Tuesday, August 24, 2021

Yes, "Jew with a Coin" Figurines are Anti-Semitic, and are a Disgrace to Poland

Some argue that Poland's infamous "Jew with a Coin" figurines are innocent and not at all anti-Semitic. Anyone who would make such an argument is either malicious or uninformed about anti-Semitic stereotypes. The association of Jews with money, as if such an association is an essential part of Jewish character, is a staple of anti-Semitic propaganda. See images, below. 

This blog protests stereotyping of both Poles and Jews. Poles who protest stereotyping of Poles but not of Jews are exercising selective outrage, which is not an ethically coherent position, but mere chauvinism. 

Washington Post and ADL

Source Wikipedia


  1. You publish a Nazi German poster without a warning. It is not a Polish poster. A Polish-Jewish journalist is against the Krakow ban . The Wikipedia article you quope was partially written by Icewhiz, an anti-Polish activist. Millions of Eastern Europe peasants had almost no money. They exchanged things and services. Some local Jews did basic banking. Is such knowledge of millions to be rewritten? Should Polish Jews wear Polish pesant folk costumes and plow (rare in Russian part of Poland)? Our 'Blacks' were peasants so 'Peasants Lives Matter'. You understand tragedy of Black US people but you do knot understand tragedy of Polish and Ukrainian peasants, serfs, later poor workers or farmers. I am a mathematician, I lack knowledge to describe the problem especially in English.

    1. As a matter of fact, Jerzy, Danusha does "understand tragedy of Polish and Ukrainian peasants, serfs, later poor workers or farmers." In fact, she's written a book about it. Check it out. It's called "Bieganski: The Brute Polak Stereotype in Polish-Jewish Relations and American Popular Culture."

      Liron Rubin

    2. Mr Rubin, I have the book and plenty of other books. If you do not like my opinion about the Cracow law, please read the article by Pawel Jedrzejewski. I prefer his opinion, because he is Jewish and lives in Poland. The real problem in Poland is poverty, not LGBT or figurines.

    3. Jerzy, your post, above, is not a logical response to Liron's post.

    4. I keep my opinion - many peasants had no money and local Jews did banking so they had some money. Many peasants did not understand compound interest. The stereoty of Lucku Jews is not antisemitic. https://jasonfrancisco.net/lucky-jews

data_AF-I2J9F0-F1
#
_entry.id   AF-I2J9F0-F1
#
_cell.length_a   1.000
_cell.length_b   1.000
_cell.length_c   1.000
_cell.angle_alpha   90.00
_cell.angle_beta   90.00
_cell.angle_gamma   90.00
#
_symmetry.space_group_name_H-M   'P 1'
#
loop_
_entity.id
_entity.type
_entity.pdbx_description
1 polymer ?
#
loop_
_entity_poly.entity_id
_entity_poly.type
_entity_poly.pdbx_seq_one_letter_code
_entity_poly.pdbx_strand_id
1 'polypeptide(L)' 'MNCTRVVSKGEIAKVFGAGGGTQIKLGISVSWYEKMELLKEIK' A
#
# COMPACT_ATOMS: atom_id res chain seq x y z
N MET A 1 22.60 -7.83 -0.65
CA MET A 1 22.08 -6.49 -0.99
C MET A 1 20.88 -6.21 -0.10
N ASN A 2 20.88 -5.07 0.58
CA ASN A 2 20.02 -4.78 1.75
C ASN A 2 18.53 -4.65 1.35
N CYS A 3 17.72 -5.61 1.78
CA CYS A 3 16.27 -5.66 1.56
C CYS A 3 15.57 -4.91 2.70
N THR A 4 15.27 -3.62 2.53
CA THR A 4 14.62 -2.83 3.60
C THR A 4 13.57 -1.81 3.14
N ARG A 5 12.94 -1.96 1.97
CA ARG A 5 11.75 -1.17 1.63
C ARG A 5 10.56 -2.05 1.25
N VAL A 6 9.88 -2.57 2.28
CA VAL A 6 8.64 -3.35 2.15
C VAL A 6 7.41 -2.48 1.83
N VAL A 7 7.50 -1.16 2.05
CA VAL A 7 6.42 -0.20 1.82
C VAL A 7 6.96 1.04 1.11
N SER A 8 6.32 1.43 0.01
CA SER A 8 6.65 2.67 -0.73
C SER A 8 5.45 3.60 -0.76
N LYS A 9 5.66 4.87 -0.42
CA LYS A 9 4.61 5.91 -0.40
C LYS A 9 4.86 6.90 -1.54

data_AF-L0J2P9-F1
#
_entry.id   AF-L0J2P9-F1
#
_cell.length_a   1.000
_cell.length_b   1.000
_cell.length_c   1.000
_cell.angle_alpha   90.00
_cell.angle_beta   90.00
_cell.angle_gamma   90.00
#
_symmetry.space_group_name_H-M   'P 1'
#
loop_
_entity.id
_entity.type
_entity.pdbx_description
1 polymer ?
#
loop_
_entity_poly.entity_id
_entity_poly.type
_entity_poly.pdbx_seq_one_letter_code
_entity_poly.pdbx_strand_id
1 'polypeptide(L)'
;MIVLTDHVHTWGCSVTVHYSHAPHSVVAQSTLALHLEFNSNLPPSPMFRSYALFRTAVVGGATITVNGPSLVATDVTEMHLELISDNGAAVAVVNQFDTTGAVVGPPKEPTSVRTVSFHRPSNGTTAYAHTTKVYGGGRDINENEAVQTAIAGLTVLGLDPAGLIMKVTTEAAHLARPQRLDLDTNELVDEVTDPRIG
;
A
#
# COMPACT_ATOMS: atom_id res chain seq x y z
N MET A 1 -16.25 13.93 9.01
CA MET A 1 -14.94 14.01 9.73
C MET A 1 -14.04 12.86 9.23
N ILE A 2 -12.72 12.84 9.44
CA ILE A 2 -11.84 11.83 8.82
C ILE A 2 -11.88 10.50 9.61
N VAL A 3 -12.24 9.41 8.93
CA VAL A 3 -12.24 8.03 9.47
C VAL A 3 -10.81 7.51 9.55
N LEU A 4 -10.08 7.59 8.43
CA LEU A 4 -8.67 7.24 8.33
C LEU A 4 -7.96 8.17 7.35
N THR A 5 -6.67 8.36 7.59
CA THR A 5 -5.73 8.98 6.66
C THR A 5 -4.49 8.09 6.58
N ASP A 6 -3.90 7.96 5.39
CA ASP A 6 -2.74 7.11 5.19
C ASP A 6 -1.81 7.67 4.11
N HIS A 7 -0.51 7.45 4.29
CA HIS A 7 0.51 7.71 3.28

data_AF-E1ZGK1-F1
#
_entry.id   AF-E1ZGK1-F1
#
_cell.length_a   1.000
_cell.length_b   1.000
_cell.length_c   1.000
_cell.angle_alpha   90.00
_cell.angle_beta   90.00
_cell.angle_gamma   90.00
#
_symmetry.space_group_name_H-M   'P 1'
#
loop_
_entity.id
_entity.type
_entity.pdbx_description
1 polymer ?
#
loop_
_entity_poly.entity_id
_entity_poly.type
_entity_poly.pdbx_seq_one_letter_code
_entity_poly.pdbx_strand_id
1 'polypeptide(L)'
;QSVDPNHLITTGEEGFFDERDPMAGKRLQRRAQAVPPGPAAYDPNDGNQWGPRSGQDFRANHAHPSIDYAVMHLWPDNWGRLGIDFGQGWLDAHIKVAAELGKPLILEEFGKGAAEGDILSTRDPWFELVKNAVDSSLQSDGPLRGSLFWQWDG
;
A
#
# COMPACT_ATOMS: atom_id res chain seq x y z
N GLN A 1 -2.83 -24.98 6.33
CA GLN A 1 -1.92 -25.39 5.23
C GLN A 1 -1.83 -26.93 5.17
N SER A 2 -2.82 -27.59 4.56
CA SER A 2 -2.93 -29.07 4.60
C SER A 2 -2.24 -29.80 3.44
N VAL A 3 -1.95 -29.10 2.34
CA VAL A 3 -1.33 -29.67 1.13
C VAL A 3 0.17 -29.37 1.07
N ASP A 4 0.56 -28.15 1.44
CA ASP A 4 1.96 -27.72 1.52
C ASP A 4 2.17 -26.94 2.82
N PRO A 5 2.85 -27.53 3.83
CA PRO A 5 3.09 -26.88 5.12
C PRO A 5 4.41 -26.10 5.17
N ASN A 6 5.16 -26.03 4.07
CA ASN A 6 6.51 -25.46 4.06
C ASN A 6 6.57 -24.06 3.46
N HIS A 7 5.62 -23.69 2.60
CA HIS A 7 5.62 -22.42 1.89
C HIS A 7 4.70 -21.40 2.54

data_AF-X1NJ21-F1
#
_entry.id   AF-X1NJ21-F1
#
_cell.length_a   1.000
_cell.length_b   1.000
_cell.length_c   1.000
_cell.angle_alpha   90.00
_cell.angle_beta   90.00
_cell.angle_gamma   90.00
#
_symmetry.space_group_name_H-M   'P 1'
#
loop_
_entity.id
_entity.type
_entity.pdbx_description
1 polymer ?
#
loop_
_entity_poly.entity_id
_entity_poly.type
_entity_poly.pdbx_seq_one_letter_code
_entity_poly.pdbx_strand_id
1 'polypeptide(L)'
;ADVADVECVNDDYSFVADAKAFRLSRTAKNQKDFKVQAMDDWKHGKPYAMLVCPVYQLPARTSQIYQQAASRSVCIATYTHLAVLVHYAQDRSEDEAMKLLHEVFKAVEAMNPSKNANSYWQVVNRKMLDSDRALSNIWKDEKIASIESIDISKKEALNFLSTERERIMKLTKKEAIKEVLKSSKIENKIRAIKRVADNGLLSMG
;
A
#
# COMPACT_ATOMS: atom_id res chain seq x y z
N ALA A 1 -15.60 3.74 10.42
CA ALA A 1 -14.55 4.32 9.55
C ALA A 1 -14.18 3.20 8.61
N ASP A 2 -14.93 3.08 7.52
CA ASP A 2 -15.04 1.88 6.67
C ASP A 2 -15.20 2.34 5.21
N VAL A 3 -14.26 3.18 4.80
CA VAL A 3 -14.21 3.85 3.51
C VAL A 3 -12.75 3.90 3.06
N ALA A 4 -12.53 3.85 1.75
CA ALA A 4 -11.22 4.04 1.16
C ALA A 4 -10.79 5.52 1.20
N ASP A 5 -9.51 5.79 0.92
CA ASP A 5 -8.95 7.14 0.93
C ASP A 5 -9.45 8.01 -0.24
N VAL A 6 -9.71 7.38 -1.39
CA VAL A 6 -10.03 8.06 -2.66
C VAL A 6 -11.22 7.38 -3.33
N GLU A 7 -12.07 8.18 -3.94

2. 'Disgrace to Poland'? A number of figurines in several tourist shops? How do you measure level of disgrace? I believe that killings are the worst, later beatings, later anti-semitic organisations. All popular around the world, but not in Poland.

  3. Well, for sure, I would not be buying one! (or selling one).

    1. Well, Poles ain't forcing anyone to buy or sell them.
      Those figurines are just a speck in Poland's eye. West has a bigger problems.

      About that poster, Dr Goska. I do get Your point. Ostjude with coins. Member of middleman minority. But it's a German poster. German had no such minority. It could very well be a Tatar with a bloody saber in hand.
      Now, it so happens that Poland had a middleman minority.
      That German poster is an antisemitic image. Polish figurines are a result of historical experience.

      Below are some links to videos about Poles, Jews and figurines. I hope that You will enjoy them.


  4. https://www.festivalt.com/en-lucky-jew/ "Lucky Jew" performance.

  5. Hello,

    On June 24th 2021 U.S. Secretary of State Antony J. Blinken visited Berlin (Germany). He gave a speech in which he said:
    "Eighty years ago this week, Nazi forces invaded the Soviet-occupied city of Bialystok, Poland. They pulled Jews from their homes, beat them, executed many on the spot. Some forced older Jewish men to dance, and if they didn’t like the performance, set their beards on fire. Then the Nazis herded more than 700 Jews into Bialystok’s synagogue and set it ablaze."

    Article in American newspaper Los Angeles Times describes it as follows:
    "He spoke of the plight of Jews in Bialystok, Poland, where bigoted residents burned the beards of rabbis and torched synagogues long before World War II and the Holocaust."
    Journalist who wrote that knew what Mr Blinken had said. She also could do some fact-checking. She chose to deliberately lie and to distort historical facts.

    Link to LA Times article.


    Another link is about Polish reaction.

    Last link is to an article written by Mr Paweł Jędrzejewski. I think Dr Goska, that You will find it very interesting.


Bieganski the Blog exists to further explore the themes of the book Bieganski the Brute Polak Stereotype, Its Role in Polish-Jewish Relations and American Popular Culture.
These themes include the false and damaging stereotype of Poles as brutes who are uniquely hateful and responsible for atrocity, and this stereotype's use in distorting WW II history and all accounts of atrocity.
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